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It's not about the money: grappling with non-economic loss and damage

Written by Shandelle Steadman, Archie Gilmour, Sarah Colenbrander, Charlene Watson, Ariana Youn

Cultural heritage plays a major role in shaping our identities, enriching our spiritual existence, providing social cohesion, and helping us to understand our history. But as the planet continues to warm, leading to more frequent and severe extreme weather and slow onset events, the impacts of climate change are leading to the loss and damage of cultural heritage.

So how does this happen? What are the impacts of these losses, and how can we better respond to them? Our new research explores these questions. It draws on case studies from the Arctic, the Pacific, the Sahel and other regions to define, classify and measure the loss and damage of cultural heritage.

Loss and damage through a non-economic lens

In the context of the climate accords, ‘loss and damage’ describes the negative impacts of climate change that cannot be avoided due to insufficient mitigation and limits to adaptation. Loss and damage will have massive economic costs. They are often most acute in vulnerable countries – those least responsible for climate change. For decades, the Alliance of Small Island States (AOSIS) has highlighted the need to address loss and damage, but progress has been slow.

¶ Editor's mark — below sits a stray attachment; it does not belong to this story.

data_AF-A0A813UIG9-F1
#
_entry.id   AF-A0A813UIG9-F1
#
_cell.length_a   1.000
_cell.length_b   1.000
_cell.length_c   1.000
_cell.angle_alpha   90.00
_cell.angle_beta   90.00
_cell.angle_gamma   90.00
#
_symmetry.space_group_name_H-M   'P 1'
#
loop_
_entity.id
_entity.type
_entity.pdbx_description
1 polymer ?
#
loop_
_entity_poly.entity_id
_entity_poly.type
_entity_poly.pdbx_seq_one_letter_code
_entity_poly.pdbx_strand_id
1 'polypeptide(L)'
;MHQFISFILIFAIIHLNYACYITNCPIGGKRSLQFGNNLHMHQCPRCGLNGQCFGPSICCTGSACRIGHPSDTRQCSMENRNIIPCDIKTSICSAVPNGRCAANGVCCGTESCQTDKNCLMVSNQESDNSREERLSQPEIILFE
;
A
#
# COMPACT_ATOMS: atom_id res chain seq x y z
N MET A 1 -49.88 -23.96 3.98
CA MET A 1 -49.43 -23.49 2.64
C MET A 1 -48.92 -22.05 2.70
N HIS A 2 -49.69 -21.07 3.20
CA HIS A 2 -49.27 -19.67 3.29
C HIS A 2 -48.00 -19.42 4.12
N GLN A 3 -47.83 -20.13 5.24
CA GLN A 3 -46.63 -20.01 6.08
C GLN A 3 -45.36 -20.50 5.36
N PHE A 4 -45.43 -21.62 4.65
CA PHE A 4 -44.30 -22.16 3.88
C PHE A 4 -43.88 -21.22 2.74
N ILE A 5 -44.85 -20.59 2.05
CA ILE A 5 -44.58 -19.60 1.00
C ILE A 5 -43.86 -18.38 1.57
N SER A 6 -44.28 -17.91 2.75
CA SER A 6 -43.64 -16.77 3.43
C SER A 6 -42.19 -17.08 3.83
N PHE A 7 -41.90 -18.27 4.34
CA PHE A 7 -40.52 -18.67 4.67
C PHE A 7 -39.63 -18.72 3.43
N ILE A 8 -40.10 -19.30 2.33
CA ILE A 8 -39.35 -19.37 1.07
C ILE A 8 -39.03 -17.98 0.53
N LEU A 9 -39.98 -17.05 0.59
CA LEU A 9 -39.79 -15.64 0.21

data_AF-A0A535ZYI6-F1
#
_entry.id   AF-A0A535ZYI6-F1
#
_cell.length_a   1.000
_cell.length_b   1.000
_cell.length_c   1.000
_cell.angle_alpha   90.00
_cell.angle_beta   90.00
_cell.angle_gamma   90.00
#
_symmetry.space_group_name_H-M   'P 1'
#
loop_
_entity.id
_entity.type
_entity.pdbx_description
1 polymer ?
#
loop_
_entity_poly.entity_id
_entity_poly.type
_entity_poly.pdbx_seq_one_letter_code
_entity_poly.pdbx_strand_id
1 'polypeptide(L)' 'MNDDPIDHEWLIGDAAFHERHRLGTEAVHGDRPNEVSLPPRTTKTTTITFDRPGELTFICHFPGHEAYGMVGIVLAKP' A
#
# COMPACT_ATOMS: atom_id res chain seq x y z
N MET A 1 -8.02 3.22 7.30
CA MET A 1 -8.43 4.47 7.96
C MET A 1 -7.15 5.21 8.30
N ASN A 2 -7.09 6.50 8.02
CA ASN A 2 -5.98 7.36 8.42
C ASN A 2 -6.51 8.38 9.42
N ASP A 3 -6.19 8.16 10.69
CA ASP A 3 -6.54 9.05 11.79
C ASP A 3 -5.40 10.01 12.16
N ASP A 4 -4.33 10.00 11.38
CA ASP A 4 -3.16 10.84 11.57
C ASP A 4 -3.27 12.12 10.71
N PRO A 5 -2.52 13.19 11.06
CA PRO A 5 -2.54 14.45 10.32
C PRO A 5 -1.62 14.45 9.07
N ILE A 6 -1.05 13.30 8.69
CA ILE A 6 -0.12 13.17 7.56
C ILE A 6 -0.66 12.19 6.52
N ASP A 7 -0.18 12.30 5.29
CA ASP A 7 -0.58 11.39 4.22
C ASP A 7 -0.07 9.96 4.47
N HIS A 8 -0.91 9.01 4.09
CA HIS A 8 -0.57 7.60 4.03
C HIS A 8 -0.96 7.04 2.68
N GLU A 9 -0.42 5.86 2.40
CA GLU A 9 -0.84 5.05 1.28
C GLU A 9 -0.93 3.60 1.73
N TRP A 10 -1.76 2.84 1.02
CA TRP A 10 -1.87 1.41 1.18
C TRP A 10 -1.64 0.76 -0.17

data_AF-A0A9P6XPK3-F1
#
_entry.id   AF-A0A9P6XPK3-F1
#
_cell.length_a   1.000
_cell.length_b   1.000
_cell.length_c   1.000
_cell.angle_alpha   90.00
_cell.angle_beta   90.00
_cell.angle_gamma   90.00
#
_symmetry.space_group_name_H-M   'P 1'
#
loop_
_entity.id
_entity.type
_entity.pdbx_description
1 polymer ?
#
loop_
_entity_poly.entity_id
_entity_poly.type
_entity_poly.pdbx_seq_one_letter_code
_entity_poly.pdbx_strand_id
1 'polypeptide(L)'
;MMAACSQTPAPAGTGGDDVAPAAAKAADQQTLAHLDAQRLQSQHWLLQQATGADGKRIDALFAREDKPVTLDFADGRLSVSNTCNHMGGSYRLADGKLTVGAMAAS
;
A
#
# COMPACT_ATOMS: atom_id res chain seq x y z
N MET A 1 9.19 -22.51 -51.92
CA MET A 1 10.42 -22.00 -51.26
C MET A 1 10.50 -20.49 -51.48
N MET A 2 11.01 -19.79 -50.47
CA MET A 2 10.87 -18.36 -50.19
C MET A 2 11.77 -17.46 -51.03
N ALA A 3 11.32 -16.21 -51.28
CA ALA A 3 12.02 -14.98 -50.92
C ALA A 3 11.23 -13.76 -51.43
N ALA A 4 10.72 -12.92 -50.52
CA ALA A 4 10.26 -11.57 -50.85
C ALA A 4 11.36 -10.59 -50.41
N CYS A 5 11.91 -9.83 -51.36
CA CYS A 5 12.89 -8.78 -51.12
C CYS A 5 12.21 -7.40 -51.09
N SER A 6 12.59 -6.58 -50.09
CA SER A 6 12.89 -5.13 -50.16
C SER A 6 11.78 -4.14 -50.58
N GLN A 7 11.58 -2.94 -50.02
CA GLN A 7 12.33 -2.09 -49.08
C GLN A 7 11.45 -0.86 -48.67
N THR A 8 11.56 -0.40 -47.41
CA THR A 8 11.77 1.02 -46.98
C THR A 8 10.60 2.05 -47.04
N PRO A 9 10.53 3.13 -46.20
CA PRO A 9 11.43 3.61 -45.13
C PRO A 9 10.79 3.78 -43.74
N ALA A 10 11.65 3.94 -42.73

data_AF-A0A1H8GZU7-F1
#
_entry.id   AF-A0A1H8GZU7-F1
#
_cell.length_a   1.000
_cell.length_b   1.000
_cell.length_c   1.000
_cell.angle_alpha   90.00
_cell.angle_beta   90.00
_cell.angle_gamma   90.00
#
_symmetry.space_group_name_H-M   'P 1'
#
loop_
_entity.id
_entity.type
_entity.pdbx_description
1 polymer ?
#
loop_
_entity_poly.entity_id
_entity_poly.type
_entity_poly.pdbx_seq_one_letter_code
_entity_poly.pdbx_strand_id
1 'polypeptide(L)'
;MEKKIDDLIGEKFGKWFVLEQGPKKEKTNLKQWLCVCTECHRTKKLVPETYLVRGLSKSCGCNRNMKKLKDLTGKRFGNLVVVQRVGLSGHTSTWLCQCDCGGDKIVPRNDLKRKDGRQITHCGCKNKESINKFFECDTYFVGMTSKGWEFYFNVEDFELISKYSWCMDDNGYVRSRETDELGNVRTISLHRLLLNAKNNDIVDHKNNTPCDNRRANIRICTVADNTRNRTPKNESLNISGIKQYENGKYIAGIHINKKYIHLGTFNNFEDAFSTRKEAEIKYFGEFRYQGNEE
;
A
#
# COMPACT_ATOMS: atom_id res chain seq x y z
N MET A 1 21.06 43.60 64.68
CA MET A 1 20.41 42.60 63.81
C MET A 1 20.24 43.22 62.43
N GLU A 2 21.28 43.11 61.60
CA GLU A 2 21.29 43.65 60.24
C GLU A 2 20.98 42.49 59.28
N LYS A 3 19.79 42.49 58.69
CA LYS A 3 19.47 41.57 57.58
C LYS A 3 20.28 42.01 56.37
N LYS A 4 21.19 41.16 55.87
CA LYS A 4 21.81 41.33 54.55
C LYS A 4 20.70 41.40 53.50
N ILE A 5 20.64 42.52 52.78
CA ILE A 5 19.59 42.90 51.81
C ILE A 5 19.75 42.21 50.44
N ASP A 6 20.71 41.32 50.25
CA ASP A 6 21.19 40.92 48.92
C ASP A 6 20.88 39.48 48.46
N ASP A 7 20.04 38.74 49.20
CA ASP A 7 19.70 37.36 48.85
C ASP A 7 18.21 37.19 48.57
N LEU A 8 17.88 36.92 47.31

Illustration of a case study from the Pacific.
Image credit:Illustration of a case study from the Pacific. ~ Image license:Nicola Hawes, 2022

Loss and damage can be categorised into economic loss and damage, which refers to the loss of resources, goods and services that can easily be monetised, and non-economic loss and damage, which refers to losses and damages that are far more difficult to quantify or measure solely in economic terms. This may include loss of life, health, human mobility, territory, biodiversity, indigenous knowledge and practices, ecosystem services — and cultural heritage.

At 1.1°C of warming above pre-industrial levels, climate change is already threatening cultural heritage in varied and complex ways, including extreme weather events, acute disasters, slow-onset events such as sea level rise and droughts. Climate change may also indirectly lead to loss and damage to cultural heritage, for example through exacerbating water and food scarcity and thereby fuelling migration or conflict.

Illustration of a case study from the Sahel
Image credit:Illustration of a case study from the Sahel ~ Image license:Nicola Hawes, 2022